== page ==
• My dad was poor his whole life until he came here. 75

  • He made it on his own. 76

  • Literally. 77

  • Yet this sickly kid wasn't met 78

  • with kindness when he arrived. 79

  • My dad was bullied. 80

  • He didn't know the language. 81

  • He moved to Oakland, in Pittsburgh. 82

  • And because he couldn't speak well and this and that 83

  • he got bullied, and he was very very skinny. 84

  • I mean he was 15 years old weighing 87 pounds, literally. 85

  • You always hear about that 87 pound weight claim, 86

  • well that was for real. 87

  • So yeah, he got beat up a lot. 88

  • And so that's when he started lifting weights 89

  • and making himself bigger. 90

  • And, like he said, all the bullies disappeared, 91

  • after a while. (laughs) 92

  • So my dad set a bench press record of 565 pounds. 93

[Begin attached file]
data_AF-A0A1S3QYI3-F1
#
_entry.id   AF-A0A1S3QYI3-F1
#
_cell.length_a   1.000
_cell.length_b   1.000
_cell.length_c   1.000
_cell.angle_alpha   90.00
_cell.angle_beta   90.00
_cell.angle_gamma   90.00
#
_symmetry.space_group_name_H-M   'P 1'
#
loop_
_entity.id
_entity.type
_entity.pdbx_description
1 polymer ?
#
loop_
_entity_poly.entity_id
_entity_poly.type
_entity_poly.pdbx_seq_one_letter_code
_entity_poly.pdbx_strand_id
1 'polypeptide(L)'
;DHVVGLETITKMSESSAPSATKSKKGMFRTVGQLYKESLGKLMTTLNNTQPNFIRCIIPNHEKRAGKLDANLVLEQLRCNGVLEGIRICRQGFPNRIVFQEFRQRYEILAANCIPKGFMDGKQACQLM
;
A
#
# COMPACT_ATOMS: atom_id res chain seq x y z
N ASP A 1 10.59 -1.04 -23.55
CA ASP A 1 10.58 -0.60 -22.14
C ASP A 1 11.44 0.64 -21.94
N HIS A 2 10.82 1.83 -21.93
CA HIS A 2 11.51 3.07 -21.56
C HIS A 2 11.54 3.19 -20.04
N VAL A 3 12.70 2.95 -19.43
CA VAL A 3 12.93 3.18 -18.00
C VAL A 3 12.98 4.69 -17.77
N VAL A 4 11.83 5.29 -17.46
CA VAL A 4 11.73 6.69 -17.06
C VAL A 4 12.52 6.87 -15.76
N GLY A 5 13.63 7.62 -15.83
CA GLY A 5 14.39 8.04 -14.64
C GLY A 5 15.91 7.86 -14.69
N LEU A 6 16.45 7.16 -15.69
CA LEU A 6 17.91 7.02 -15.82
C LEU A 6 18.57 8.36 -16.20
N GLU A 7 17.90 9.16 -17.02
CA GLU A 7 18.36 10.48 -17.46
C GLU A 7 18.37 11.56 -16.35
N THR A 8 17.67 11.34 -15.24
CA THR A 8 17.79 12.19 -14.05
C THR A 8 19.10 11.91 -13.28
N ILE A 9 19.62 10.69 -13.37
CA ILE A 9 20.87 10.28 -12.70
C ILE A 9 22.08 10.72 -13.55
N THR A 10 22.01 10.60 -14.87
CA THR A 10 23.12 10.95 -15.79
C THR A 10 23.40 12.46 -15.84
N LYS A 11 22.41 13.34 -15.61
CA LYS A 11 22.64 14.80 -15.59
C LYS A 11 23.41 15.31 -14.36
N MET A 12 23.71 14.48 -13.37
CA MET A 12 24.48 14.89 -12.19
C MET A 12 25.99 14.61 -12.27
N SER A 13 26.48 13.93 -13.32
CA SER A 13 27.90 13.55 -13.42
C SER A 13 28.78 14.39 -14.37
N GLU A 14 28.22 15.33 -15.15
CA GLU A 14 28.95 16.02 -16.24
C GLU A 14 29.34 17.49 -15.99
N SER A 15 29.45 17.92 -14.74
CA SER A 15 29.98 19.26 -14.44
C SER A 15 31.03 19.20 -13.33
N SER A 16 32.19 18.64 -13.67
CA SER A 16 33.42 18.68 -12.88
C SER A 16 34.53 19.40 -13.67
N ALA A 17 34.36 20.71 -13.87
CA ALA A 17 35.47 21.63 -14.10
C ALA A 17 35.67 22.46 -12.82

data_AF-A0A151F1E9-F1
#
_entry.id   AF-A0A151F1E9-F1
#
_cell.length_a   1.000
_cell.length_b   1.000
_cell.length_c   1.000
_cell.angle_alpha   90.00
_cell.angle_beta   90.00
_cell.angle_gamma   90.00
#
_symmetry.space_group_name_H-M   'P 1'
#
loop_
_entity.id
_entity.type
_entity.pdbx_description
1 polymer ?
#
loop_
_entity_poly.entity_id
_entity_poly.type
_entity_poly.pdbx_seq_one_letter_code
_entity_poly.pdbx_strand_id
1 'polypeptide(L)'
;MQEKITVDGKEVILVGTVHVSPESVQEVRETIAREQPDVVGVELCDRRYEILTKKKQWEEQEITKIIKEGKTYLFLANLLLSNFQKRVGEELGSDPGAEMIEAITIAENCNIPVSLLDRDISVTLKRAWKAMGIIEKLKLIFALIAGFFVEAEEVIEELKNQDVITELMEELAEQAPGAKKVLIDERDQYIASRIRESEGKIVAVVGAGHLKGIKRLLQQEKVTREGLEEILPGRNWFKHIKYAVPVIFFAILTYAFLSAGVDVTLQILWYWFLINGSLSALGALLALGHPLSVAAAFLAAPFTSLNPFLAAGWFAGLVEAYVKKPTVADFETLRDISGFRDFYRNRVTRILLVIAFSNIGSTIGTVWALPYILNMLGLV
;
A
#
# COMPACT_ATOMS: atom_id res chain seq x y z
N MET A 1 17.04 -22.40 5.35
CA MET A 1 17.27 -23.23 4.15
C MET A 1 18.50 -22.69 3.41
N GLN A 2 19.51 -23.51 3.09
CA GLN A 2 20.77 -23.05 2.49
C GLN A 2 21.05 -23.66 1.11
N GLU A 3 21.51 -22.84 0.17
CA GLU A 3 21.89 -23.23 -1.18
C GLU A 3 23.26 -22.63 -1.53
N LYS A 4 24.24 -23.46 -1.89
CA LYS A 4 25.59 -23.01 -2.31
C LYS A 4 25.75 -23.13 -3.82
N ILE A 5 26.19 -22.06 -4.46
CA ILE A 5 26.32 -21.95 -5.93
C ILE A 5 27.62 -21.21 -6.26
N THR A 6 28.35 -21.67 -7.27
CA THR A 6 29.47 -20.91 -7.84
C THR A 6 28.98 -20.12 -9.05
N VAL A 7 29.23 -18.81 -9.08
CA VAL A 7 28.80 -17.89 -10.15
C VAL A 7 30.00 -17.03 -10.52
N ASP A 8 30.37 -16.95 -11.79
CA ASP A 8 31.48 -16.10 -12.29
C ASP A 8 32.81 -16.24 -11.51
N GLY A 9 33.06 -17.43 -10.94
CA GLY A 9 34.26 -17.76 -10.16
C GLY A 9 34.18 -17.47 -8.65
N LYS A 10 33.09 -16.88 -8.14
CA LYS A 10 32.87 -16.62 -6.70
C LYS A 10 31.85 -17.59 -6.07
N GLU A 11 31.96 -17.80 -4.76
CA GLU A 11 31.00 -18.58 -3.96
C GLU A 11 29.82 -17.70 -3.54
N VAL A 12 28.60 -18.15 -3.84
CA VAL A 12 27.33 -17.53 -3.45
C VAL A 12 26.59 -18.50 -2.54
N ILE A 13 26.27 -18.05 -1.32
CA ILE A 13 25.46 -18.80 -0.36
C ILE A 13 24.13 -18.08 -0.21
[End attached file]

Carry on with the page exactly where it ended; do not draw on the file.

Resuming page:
• And that's with no chemicals, no shirts. 94

  • None of that stuff. 95

  • And back then you had 565 pounds, 96

  • you brought it to your chest, 97

  • and you counted 1,001, 1,002, and then you lifted it. 98

  • Bruno caught the attention 99

  • of the Pittsburgh Steelers. 100

  • But the world of wresting also came calling. 101

  • Back then he had basically a choice. 102

  • You can do wresting. 103

  • (audience yelling) 104

  • Or play with the Steelers. 105

  • Well back then with the Steelers 106

  • a lineman was making $9,000 a year. 107

  • And wrestling back then was 35,000. 108

  • And it's all relative. 109

  • So 35,000 back then to start was pretty good. 110

  • So there you have it. 111

  • Wresting didn't just become something 112

  • to put food on his family's table, 113